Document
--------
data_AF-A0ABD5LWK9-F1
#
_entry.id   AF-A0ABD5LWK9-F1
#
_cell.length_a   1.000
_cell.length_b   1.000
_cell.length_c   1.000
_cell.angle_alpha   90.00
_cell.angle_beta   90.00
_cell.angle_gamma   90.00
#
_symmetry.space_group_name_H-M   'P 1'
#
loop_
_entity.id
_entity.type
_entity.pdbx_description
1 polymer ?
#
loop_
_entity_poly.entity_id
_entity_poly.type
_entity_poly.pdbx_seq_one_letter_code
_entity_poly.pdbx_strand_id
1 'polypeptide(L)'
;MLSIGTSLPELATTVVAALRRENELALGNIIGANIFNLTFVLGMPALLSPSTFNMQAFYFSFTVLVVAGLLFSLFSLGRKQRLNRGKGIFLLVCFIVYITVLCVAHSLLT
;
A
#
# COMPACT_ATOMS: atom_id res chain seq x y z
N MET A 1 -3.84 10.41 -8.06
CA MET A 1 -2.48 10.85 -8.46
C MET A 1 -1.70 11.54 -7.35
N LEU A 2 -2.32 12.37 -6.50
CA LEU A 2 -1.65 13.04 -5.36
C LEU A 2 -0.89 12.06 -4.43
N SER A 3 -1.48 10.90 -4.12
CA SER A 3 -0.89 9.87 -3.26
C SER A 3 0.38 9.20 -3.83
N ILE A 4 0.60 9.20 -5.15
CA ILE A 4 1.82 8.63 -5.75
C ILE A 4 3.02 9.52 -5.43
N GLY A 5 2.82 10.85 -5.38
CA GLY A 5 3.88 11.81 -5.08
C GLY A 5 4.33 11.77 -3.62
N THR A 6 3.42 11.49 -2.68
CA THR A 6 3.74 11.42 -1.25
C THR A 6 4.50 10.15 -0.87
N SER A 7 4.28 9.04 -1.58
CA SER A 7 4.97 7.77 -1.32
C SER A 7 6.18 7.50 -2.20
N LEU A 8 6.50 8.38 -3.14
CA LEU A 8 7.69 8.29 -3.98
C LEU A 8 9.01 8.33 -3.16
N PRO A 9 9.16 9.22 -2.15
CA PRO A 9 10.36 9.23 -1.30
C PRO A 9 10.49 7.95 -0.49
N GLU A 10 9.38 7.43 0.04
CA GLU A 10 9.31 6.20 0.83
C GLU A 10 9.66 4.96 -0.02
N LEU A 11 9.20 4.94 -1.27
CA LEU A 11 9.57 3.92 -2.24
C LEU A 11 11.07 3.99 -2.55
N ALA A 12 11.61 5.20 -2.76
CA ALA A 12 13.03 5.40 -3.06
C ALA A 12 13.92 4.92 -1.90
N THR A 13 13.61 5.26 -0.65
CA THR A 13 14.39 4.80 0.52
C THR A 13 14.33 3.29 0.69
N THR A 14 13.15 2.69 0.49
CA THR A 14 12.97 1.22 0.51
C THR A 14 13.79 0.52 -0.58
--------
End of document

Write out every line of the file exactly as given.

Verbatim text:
data_AF-A0ABD5LWK9-F1
#
_entry.id   AF-A0ABD5LWK9-F1
#
_cell.length_a   1.000
_cell.length_b   1.000
_cell.length_c   1.000
_cell.angle_alpha   90.00
_cell.angle_beta   90.00
_cell.angle_gamma   90.00
#
_symmetry.space_group_name_H-M   'P 1'
#
loop_
_entity.id
_entity.type
_entity.pdbx_description
1 polymer ?
#
loop_
_entity_poly.entity_id
_entity_poly.type
_entity_poly.pdbx_seq_one_letter_code
_entity_poly.pdbx_strand_id
1 'polypeptide(L)'
;MLSIGTSLPELATTVVAALRRENELALGNIIGANIFNLTFVLGMPALLSPSTFNMQAFYFSFTVLVVAGLLFSLFSLGRKQRLNRGKGIFLLVCFIVYITVLCVAHSLLT
;
A
#
# COMPACT_ATOMS: atom_id res chain seq x y z
N MET A 1 -3.84 10.41 -8.06
CA MET A 1 -2.48 10.85 -8.46
C MET A 1 -1.70 11.54 -7.35
N LEU A 2 -2.32 12.37 -6.50
CA LEU A 2 -1.65 13.04 -5.36
C LEU A 2 -0.89 12.06 -4.43
N SER A 3 -1.48 10.90 -4.12
CA SER A 3 -0.89 9.87 -3.26
C SER A 3 0.38 9.20 -3.83
N ILE A 4 0.60 9.20 -5.15
CA ILE A 4 1.82 8.63 -5.75
C ILE A 4 3.02 9.52 -5.43
N GLY A 5 2.82 10.85 -5.38
CA GLY A 5 3.88 11.81 -5.08
C GLY A 5 4.33 11.77 -3.62
N THR A 6 3.42 11.49 -2.68
CA THR A 6 3.74 11.42 -1.25
C THR A 6 4.50 10.15 -0.87
N SER A 7 4.28 9.04 -1.58
CA SER A 7 4.97 7.77 -1.32
C SER A 7 6.18 7.50 -2.20
N LEU A 8 6.50 8.38 -3.14
CA LEU A 8 7.69 8.29 -3.98
C LEU A 8 9.01 8.33 -3.16
N PRO A 9 9.16 9.22 -2.15
CA PRO A 9 10.36 9.23 -1.30
C PRO A 9 10.49 7.95 -0.49
N GLU A 10 9.38 7.43 0.04
CA GLU A 10 9.31 6.20 0.83
C GLU A 10 9.66 4.96 -0.02
N LEU A 11 9.20 4.94 -1.27
CA LEU A 11 9.57 3.92 -2.24
C LEU A 11 11.07 3.99 -2.55
N ALA A 12 11.61 5.20 -2.76
CA ALA A 12 13.03 5.40 -3.06
C ALA A 12 13.92 4.92 -1.90
N THR A 13 13.61 5.26 -0.65
CA THR A 13 14.39 4.80 0.52
C THR A 13 14.33 3.29 0.69
N THR A 14 13.15 2.69 0.49
CA THR A 14 12.97 1.22 0.51
C THR A 14 13.79 0.52 -0.58